The Br concentration in Rongelap lagoon water wassimilar to that of Atlantic
ocean water (62.4 ppm and 67.2 ppm, respectively). Rain catchment water on

Rongelap had no detectable Br. Intermediate Br values of 2.2, 13.8, and 17.9 ppm

were found in three Rongelap wells. The Br concentration in three samples of
Rongelap coconut water was 7.0, 6.4, and 5.3 ppm, similar to the 7.0 and 6.8 ppm

found in two Florida-grown coconuts.

The mean serum and red cell Br levels of the 20 Marshallese studied were
significantly higher than those of the 10 New Yorkers, as well as being higher than
levels reported for other populations (1—6). Cross and Smith (8) have suggested

that the tissue ratio of Br to Cl is determined physiologically and that elevated
ratios indicate excessive Br intake. The mean Br/Clratios of 1.83 for serum and
4.1 for red cells in the Marshallese were higher than the New York ratios (which
were arbitrarily set at unity), This finding suggests excessive Br intake by the
Marshallese. It is of interest to point out that Rb, which is considered to be a K
analog just as Br is considered to be Cl analog, had similar ratio Rb/K in all three
populations studied.

Tissue Br can be elevated by an increase in the dietary Br intake and also by

respiratory and cutaneous exposures (4). Leaded gasoline, which contains organic bromide, is little used on Rongelap, where Br levels were highest, and can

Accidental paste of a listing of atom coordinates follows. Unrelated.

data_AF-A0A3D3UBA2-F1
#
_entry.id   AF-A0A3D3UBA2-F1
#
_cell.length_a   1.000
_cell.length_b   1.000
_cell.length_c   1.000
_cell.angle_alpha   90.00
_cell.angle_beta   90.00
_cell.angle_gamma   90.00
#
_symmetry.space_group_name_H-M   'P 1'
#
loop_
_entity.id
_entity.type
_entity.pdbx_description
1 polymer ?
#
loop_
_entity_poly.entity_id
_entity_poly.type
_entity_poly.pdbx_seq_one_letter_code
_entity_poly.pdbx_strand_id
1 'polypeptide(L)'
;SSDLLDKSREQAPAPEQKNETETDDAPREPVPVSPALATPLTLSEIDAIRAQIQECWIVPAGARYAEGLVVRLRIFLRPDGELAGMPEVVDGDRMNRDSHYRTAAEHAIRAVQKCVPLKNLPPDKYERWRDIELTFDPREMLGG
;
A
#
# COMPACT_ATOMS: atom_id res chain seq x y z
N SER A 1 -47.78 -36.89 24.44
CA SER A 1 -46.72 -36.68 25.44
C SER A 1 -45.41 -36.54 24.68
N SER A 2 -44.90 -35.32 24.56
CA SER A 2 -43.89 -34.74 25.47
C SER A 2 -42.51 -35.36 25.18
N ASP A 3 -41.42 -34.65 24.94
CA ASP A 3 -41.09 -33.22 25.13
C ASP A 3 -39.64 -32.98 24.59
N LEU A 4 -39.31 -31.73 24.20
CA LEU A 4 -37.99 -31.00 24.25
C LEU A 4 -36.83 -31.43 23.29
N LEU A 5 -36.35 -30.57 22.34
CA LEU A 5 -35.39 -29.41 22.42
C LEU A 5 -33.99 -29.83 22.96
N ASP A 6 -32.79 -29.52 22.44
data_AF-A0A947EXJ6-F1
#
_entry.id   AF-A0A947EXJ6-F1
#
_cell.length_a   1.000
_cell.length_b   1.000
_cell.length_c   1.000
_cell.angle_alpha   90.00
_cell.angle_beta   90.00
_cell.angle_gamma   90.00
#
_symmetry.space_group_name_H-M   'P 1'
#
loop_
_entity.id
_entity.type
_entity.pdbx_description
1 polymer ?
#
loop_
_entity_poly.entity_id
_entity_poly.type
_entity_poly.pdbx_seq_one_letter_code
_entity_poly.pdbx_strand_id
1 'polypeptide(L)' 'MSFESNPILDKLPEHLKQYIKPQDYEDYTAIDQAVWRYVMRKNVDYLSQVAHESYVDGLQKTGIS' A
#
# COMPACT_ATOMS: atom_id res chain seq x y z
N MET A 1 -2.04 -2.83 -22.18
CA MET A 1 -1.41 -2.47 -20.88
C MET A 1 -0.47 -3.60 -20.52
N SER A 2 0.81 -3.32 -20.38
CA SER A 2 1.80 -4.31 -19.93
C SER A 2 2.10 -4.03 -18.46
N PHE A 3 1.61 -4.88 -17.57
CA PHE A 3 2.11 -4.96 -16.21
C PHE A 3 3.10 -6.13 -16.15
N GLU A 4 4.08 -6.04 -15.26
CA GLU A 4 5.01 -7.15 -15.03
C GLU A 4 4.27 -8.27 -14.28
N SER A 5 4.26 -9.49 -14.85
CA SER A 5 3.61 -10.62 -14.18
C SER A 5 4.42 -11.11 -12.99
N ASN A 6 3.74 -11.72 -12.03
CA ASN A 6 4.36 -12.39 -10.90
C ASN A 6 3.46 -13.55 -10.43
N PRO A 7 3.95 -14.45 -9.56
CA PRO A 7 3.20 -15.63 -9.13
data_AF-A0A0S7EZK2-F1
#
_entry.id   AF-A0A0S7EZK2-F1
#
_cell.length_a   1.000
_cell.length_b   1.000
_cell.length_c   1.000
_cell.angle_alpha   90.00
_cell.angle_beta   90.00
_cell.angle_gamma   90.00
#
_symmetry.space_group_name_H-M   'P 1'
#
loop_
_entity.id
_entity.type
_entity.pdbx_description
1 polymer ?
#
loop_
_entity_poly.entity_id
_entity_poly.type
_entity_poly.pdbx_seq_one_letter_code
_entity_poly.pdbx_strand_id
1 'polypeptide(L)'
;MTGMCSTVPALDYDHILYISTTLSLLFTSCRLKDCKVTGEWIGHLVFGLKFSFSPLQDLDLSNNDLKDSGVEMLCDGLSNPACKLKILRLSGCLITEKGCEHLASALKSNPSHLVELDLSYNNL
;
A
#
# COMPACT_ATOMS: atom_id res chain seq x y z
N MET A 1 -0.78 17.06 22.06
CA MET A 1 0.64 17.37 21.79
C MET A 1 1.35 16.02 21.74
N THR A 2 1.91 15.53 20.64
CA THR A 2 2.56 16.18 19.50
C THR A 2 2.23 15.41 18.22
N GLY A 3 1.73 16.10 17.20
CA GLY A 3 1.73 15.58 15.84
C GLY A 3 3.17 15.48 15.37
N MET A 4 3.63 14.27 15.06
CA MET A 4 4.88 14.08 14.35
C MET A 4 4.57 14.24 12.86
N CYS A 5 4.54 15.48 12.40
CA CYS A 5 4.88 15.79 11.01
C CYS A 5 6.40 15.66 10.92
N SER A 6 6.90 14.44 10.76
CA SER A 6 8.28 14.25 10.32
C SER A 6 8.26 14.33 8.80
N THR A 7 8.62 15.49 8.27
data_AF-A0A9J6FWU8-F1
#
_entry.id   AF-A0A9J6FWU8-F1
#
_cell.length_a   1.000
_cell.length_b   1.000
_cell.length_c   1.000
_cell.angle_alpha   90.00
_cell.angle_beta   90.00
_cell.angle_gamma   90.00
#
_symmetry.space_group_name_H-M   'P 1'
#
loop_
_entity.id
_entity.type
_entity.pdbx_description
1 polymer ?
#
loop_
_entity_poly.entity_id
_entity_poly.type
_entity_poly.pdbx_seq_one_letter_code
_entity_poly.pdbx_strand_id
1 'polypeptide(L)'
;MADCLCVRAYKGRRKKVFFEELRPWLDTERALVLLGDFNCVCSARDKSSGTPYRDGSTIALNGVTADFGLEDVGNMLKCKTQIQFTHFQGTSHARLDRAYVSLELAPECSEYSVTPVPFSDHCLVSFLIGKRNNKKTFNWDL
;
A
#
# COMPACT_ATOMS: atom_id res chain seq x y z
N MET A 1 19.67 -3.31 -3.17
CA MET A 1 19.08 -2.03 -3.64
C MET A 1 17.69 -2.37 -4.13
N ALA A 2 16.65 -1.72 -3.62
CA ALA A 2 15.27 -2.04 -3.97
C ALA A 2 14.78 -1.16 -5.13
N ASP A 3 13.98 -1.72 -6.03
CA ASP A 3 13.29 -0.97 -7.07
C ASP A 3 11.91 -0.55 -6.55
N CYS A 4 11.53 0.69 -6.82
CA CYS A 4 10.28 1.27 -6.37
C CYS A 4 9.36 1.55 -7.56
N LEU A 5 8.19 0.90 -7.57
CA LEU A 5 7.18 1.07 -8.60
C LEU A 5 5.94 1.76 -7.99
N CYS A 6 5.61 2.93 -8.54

be ruled out as a significant Br source. There is no atmospheric pollution with
Br-containing dust or industrial fumes. Someresidual fumigant Br may be present
on imported U.S. Department of Agriculture foods on Rongelap, but these foods

are not supplied on Majuro. Therefore, a local environmental source of Br was
Ocean water has a bromine concentration of 65.0 ppm (12), consistent with the
measurements of Atlantic ocean and lagoon water sampled for the present study.
There is significant vertical exchange of lagoon and ocean water with the fresh
water lens system ofatoll islands (13), and dug wells exhibit different degrees of
salinity depending on their depth and placement about the lens. The variable
levels of Br detected in well water are consistent with earlier atoll studies of Cl
and other elements (unpublished 1972 water quality data from Bikini and Enewetakatolls kindly supplied by C. J. Huxel, U.S. Dept. of the Interior Geological

Survey, Honolulu, Hawaii). However, the most important source of drinking

water is rain catchment water, samples of which showed no Br present. Another

commonly ingested liquid is coconut water, which is used for cooking as well as
for drinking. An estimate of the weight of coconut products ingested daily, including coconut water, is 2.4 kg for a man aged 23-50 years of age (14). The Br
concentrations measured in coconut water samples would provide an average
daily consumption of 17 mg Br solely from coconuts. The acceptable daily intake
of Br set by the FAO/WHO is 1 mg/kg body weight (15). It has been suggested
that a more appropriate value would be 0.1 mg/kg body wt (16), which would
approximate one-third of a Marshallese man’s daily intake of Br from coconuts
alone. Br levels in other food supplied were not tested in the present study, but

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